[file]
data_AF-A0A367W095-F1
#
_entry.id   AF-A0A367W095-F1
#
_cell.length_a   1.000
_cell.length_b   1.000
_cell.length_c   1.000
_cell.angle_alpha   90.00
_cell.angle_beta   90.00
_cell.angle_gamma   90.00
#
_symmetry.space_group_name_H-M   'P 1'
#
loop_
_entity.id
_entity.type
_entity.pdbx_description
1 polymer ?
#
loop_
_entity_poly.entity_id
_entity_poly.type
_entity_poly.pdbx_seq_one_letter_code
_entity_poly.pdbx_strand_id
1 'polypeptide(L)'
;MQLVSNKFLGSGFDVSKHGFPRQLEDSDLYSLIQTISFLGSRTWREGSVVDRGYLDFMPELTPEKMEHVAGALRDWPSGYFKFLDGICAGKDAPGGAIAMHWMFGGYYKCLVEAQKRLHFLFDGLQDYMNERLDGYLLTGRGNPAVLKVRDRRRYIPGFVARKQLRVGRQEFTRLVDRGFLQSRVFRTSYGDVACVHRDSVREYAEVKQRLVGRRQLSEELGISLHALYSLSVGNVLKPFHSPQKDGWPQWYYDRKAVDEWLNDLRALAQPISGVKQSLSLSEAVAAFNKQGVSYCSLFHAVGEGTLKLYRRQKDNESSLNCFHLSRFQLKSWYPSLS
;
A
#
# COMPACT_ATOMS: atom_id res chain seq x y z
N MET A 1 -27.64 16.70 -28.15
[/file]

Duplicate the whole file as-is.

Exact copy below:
data_AF-A0A367W095-F1
#
_entry.id   AF-A0A367W095-F1
#
_cell.length_a   1.000
_cell.length_b   1.000
_cell.length_c   1.000
_cell.angle_alpha   90.00
_cell.angle_beta   90.00
_cell.angle_gamma   90.00
#
_symmetry.space_group_name_H-M   'P 1'
#
loop_
_entity.id
_entity.type
_entity.pdbx_description
1 polymer ?
#
loop_
_entity_poly.entity_id
_entity_poly.type
_entity_poly.pdbx_seq_one_letter_code
_entity_poly.pdbx_strand_id
1 'polypeptide(L)'
;MQLVSNKFLGSGFDVSKHGFPRQLEDSDLYSLIQTISFLGSRTWREGSVVDRGYLDFMPELTPEKMEHVAGALRDWPSGYFKFLDGICAGKDAPGGAIAMHWMFGGYYKCLVEAQKRLHFLFDGLQDYMNERLDGYLLTGRGNPAVLKVRDRRRYIPGFVARKQLRVGRQEFTRLVDRGFLQSRVFRTSYGDVACVHRDSVREYAEVKQRLVGRRQLSEELGISLHALYSLSVGNVLKPFHSPQKDGWPQWYYDRKAVDEWLNDLRALAQPISGVKQSLSLSEAVAAFNKQGVSYCSLFHAVGEGTLKLYRRQKDNESSLNCFHLSRFQLKSWYPSLS
;
A
#
# COMPACT_ATOMS: atom_id res chain seq x y z
N MET A 1 -27.64 16.70 -28.15